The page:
Assessing the environmental impacts of consumption and production

International Journal of Sustainability in Higher Education

ISSN: 1467-6370

Article publication date: 21 September 2010

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Citation

(2010), "Assessing the environmental impacts of consumption and production", International Journal of Sustainability in Higher Education, Vol. 11 No. 4. https://doi.org/10.1108/ijshe.2010.24911daf.001

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Emerald Group Publishing Limited

Copyright © 2010, Emerald Group Publishing Limited


Assessing the environmental impacts of consumption and production

Article Type: Feature From: International Journal of Sustainability in Higher Education, Volume 11, Issue 4

The International Panel for Sustainable Resource Management was established to provide independent, coherent and authoritative scientific assessments of policy relevance on the sustainable use of natural resources and in particular their environmental impacts over the full life cycle. It aims to contribute to a better understanding of how to decouple economic growth from environmental degradation. This report addresses this in two main steps. First, a review of the work that assesses the importance of observed pressures and impacts on the Earth’s natural system (usually divided into ecological health, human health, and resources provision capability).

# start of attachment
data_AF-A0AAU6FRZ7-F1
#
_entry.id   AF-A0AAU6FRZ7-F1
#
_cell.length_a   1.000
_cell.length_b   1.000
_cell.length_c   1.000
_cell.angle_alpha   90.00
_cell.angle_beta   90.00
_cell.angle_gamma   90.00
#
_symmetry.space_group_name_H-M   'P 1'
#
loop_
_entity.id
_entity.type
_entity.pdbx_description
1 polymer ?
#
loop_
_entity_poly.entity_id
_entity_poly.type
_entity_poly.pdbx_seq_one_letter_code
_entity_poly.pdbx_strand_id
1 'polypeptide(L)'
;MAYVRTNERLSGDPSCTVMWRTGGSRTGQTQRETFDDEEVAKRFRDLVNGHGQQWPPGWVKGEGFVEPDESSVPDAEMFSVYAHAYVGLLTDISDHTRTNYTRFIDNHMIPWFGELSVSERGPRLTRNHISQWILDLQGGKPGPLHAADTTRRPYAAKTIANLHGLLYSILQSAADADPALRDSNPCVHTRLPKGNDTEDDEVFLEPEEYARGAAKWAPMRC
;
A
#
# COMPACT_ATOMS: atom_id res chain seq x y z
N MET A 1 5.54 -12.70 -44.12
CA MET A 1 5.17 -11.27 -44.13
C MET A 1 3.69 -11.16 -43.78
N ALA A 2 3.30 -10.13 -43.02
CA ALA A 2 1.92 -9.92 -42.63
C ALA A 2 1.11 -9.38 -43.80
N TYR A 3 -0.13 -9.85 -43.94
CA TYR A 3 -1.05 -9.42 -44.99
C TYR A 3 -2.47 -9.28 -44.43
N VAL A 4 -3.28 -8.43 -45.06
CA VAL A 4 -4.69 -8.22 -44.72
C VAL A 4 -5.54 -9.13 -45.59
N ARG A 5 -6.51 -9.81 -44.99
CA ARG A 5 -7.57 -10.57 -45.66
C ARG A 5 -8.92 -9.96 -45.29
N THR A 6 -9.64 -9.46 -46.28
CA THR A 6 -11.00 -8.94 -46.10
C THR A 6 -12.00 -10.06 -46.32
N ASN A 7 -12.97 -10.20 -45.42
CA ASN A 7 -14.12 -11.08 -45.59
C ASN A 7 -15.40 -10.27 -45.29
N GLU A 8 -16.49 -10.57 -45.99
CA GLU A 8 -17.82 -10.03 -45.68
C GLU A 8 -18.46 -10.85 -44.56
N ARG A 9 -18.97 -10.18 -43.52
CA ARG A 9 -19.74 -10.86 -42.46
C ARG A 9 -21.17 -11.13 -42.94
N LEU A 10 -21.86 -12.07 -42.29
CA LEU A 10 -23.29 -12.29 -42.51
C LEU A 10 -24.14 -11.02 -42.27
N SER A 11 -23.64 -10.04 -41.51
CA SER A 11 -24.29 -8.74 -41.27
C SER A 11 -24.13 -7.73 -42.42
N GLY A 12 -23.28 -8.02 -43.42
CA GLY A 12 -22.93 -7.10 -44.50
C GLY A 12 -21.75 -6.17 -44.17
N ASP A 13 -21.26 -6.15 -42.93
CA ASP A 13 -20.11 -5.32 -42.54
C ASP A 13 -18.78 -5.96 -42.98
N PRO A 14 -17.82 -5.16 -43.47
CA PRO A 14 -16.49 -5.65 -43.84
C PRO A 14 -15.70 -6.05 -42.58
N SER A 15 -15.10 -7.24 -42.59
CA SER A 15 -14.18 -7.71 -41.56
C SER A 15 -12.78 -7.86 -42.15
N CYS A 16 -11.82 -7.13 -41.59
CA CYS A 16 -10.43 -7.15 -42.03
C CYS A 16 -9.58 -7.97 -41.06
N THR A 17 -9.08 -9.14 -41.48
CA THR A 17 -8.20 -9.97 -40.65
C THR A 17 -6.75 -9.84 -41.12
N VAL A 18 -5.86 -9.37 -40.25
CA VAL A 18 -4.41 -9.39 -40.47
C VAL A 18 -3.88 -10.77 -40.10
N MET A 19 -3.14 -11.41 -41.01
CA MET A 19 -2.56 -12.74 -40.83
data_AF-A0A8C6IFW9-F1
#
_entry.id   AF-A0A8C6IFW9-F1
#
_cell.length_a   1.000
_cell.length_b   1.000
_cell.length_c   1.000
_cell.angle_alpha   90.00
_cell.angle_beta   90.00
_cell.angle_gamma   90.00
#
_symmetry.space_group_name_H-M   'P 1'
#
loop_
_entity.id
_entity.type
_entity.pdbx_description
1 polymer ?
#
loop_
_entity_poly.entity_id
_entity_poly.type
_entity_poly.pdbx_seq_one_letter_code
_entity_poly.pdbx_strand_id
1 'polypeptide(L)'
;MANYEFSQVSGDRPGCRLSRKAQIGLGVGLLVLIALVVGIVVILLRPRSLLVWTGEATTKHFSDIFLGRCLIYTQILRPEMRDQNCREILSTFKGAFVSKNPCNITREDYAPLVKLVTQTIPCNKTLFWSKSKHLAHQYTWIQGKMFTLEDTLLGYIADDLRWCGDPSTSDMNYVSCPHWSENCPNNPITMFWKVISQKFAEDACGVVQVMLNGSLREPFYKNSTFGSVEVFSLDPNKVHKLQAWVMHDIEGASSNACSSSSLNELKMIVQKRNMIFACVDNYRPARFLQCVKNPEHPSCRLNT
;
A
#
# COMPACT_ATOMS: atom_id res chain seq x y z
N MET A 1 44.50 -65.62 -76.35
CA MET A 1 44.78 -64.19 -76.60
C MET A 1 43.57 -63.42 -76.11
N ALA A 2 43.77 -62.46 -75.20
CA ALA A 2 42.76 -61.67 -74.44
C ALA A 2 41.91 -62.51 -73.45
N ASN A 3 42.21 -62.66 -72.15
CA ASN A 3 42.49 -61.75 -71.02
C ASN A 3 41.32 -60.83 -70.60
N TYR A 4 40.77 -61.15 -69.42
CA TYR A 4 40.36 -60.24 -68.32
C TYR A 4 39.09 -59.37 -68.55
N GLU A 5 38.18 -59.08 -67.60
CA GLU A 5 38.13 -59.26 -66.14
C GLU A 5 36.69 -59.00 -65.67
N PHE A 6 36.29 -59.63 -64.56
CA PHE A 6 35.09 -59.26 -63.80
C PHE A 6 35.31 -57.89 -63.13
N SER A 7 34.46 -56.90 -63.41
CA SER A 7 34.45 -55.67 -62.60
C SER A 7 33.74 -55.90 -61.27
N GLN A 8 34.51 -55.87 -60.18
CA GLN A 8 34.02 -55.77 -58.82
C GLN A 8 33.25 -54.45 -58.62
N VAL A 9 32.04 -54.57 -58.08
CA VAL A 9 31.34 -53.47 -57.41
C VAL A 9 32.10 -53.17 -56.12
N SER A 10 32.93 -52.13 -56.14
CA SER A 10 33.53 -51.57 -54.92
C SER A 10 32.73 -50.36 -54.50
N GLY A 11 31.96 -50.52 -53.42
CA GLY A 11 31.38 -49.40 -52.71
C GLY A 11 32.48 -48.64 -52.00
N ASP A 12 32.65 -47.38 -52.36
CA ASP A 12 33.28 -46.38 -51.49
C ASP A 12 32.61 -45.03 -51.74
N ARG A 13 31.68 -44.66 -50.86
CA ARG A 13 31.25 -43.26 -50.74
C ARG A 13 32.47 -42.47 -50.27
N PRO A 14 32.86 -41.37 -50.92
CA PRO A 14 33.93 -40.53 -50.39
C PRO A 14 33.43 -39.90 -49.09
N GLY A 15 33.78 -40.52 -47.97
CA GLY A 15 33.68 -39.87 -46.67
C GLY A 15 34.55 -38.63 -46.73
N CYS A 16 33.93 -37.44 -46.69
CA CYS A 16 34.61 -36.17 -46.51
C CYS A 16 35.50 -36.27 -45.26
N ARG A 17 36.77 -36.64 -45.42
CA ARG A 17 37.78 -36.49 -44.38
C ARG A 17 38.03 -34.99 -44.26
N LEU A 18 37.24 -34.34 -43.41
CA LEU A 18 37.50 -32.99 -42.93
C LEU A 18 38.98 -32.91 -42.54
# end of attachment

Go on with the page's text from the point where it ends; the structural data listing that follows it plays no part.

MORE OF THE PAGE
Second, the report investigates the causation of these pressures by different economic activities, which is done via three main perspectives: industrial production, final consumption, and material use. A wealth of studies are available that helped to assess the most important causes of environmental impacts from these three perspectives. These different studies, and different perspectives points, paint a consistent overall picture:

  1. 1.

    agriculture and food consumption are identified as one of the most important drivers of environmental pressures;

  2. 2.

    the use of fossil energy carriers for heating, transportation, metal refining, and the production of manufactured goods is of comparable importance; and

  3. 3.

    the impacts related to these activities are unlikely to be reduced, but rather enhanced, in a business as usual scenario.

Finally, there are certain interlinkages between problems that may aggravate them in the future. Details can be seen at: www.uneptie.org/scp/rpanel/producsandmaterials.htm